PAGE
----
At the end of the Baroque era, eighteenth-century Neapolitan art produced a whole batch of interesting artists, of whom one stands out above the crowd: Gaspare Traversi. For a long time he has remained unknown, or at least very little known and then mainly for his religious paintings. (Although they were certainly better than average, especially the Parma altarpieces the Bourbons commissioned from him, they are not very original.)
Traversi has been rediscovered recently as one of the freest and most fearless eighteenth-century artists in Naples. His oeuvre has been pieced together by recent studies. What is remarkable about it is a large number of large genre scenes
showing people, places, and situations from real life. In Traversi s hands squires and villagers, street urchins and singers, supposed connoisseurs and idlers act out a pictorial version of Neapolitan comedy. It should be underlined, however, that Traversi s style was far from sloppy or popular. Quite the contrary, his art was extremely accomplished and broad-ranging. The aspects of caricature that it contained never degenerated into vulgarity or slovenliness.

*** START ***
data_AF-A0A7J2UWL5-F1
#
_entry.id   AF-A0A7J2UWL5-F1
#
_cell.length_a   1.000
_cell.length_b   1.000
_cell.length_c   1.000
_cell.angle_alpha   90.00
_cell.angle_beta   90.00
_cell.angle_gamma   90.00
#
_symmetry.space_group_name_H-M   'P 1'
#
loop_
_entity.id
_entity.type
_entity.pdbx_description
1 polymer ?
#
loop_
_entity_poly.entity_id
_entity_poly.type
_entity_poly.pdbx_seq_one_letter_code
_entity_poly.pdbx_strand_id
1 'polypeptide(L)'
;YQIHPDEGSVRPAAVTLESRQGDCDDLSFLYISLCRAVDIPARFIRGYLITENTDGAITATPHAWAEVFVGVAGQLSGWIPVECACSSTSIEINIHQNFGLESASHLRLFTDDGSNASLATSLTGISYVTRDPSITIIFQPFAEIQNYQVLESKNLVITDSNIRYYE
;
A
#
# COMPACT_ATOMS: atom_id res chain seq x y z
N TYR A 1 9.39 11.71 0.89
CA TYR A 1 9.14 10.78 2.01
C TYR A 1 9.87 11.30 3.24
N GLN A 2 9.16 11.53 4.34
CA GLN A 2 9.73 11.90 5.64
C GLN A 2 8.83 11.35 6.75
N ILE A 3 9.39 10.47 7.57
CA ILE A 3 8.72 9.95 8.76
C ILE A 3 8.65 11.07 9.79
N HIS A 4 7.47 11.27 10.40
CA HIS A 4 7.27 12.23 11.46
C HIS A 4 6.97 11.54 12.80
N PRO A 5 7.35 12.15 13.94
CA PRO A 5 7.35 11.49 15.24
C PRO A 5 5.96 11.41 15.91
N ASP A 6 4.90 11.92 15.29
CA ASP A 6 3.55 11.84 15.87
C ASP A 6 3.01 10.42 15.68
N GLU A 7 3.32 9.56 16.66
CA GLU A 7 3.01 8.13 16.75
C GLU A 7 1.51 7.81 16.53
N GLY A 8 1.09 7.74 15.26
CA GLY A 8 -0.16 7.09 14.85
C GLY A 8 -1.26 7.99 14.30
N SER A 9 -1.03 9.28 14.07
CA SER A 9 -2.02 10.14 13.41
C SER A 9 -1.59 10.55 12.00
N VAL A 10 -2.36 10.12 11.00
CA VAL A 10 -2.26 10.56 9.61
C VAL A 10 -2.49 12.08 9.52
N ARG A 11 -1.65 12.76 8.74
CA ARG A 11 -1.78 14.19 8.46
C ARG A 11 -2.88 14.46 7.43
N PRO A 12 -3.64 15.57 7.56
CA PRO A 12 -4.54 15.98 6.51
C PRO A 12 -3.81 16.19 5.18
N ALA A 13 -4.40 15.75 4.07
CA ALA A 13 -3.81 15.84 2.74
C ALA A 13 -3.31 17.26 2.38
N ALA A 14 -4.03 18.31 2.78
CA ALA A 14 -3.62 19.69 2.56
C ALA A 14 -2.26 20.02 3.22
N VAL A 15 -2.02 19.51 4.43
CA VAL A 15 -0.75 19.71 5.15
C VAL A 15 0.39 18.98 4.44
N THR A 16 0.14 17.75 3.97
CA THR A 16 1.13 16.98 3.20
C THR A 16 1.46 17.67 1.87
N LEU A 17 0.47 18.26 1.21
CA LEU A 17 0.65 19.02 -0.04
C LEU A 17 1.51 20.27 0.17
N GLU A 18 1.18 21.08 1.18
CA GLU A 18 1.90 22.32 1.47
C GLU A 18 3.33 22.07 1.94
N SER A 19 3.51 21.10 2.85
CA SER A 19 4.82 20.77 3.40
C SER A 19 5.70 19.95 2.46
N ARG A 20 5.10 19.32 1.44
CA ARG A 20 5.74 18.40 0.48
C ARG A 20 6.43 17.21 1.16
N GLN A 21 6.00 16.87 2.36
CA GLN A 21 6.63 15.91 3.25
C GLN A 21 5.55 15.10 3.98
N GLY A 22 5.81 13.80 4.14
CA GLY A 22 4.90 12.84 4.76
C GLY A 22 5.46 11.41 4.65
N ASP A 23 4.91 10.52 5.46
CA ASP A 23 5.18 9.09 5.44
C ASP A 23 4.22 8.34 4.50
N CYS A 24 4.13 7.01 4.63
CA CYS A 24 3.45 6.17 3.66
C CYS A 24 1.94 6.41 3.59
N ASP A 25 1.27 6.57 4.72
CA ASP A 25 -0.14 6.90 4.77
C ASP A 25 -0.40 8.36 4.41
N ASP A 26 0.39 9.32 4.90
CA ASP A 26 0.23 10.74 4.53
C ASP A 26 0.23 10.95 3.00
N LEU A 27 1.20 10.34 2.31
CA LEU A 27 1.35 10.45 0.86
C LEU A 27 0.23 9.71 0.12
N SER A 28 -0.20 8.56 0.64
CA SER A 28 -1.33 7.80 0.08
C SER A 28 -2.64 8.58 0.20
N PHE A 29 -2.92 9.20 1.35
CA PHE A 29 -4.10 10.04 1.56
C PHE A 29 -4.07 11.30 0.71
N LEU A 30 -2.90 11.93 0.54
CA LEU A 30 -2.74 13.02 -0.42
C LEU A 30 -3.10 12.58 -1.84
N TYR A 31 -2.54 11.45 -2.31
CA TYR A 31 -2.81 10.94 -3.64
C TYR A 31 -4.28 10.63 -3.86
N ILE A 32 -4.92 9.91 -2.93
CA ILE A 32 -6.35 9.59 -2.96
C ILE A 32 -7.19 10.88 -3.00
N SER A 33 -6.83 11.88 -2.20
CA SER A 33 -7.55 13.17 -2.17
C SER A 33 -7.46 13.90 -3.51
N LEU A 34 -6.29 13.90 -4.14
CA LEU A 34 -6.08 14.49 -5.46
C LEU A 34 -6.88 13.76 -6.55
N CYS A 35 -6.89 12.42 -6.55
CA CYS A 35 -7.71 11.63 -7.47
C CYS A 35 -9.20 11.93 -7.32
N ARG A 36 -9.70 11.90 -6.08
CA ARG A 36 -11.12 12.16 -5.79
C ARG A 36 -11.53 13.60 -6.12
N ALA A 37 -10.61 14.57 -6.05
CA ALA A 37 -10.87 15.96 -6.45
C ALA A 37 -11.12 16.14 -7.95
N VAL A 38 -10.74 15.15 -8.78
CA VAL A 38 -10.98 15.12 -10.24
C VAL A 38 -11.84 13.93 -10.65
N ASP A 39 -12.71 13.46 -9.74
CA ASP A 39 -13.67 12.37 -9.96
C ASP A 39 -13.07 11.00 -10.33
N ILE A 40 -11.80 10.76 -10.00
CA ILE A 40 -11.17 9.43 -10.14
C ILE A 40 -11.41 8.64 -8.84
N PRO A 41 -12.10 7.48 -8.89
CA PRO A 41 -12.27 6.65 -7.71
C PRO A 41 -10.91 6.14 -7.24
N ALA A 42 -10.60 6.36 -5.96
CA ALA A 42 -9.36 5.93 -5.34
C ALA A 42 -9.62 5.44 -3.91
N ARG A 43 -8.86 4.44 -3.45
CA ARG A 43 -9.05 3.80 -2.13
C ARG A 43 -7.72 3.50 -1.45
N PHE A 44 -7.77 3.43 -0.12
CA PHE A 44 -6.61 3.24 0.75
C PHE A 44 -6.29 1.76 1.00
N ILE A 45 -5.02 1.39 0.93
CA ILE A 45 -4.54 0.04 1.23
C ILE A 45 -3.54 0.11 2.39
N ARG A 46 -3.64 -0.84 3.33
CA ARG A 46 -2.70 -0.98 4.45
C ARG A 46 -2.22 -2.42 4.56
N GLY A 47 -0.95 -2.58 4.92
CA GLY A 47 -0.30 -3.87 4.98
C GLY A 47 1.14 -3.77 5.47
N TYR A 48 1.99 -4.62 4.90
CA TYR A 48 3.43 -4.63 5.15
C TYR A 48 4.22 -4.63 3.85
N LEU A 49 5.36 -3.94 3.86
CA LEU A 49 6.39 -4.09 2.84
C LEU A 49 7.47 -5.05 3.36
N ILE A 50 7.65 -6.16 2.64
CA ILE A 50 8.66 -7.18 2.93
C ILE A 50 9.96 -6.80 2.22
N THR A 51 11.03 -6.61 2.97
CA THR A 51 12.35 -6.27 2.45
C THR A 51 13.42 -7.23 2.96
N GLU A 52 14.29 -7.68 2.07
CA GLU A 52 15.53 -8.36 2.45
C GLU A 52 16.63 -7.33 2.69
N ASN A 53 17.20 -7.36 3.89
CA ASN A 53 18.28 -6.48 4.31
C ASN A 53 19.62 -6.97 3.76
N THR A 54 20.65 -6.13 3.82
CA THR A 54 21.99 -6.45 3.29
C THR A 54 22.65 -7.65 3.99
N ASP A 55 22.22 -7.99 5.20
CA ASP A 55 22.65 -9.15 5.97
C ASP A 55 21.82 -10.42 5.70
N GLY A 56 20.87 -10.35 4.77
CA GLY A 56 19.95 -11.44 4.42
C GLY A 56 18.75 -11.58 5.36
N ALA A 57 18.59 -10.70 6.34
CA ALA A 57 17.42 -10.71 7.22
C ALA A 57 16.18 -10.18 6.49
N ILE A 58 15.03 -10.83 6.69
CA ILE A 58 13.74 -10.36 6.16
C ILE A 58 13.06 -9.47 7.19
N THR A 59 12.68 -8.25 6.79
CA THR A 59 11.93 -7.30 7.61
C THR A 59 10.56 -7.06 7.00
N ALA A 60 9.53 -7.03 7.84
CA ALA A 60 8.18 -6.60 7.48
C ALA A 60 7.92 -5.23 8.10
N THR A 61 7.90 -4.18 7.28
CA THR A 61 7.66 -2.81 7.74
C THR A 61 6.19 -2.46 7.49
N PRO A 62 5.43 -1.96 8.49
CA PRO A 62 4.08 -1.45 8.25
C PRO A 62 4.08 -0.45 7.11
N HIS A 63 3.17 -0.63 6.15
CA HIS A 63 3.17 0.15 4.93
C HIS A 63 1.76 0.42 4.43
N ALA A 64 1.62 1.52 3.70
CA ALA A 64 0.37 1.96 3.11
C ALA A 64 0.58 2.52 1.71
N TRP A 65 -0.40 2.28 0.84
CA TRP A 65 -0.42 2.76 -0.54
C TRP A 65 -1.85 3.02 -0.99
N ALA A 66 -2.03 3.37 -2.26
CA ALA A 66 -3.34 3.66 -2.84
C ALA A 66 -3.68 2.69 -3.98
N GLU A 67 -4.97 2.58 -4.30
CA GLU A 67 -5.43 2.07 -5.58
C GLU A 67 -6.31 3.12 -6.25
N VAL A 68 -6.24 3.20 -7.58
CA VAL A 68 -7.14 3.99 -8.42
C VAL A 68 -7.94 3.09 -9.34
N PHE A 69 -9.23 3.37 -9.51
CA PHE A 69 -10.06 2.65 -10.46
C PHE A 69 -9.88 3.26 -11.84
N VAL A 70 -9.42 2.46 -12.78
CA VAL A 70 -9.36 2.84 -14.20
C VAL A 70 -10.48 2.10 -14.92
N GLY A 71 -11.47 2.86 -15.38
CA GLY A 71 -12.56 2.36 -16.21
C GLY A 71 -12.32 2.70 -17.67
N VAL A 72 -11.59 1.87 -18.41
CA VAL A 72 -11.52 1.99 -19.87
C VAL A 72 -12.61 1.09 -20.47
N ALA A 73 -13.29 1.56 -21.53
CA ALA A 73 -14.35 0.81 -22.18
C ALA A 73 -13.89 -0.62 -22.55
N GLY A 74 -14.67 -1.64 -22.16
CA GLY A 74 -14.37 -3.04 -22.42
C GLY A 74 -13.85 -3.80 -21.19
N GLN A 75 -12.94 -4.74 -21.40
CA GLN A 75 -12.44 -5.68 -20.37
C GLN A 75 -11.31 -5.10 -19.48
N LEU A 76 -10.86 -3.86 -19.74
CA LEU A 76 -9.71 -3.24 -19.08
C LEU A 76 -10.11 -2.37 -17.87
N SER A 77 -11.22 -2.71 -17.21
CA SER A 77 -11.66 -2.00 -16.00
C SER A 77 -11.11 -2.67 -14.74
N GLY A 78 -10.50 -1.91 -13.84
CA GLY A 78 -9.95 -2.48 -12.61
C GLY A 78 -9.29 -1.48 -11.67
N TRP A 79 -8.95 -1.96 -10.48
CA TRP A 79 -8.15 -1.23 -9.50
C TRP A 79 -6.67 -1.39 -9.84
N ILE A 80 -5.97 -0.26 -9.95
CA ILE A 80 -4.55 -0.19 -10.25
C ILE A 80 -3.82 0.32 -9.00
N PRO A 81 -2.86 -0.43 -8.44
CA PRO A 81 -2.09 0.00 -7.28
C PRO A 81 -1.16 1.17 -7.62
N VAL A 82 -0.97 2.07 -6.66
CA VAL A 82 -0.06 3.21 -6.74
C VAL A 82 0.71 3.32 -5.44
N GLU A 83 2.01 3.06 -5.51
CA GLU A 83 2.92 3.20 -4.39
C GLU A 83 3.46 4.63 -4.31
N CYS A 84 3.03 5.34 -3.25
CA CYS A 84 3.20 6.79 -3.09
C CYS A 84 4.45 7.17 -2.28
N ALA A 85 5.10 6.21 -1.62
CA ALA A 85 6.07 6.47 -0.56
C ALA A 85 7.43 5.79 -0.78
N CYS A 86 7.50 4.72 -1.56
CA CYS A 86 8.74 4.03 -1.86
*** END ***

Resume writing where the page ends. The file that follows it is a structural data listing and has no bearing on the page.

Taken as a whole, Traversi s painting can be considered to be an interesting, markedly independent if minor contribution to European art during the eighteenth century. This is due to the almost Voltairian spirit of amusement, skepticism, and irony with which he viewed everyday life.
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